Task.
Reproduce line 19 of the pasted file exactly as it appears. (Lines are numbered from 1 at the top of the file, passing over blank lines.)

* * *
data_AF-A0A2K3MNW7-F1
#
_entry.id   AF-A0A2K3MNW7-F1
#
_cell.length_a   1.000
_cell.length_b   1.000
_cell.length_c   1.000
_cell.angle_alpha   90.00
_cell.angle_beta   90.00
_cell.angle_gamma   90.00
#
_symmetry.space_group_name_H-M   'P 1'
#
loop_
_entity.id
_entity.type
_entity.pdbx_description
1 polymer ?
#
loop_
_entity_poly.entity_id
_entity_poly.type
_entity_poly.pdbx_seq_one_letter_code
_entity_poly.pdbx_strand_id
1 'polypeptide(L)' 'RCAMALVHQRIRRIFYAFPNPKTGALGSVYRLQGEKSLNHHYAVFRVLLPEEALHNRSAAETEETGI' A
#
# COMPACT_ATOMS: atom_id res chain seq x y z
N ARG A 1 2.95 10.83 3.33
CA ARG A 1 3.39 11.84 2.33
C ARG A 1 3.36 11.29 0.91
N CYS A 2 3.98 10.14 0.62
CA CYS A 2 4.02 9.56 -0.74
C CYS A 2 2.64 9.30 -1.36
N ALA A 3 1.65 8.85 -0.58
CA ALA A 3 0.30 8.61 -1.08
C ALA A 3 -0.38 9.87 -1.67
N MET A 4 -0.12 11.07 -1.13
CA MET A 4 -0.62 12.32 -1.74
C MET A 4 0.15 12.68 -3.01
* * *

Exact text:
#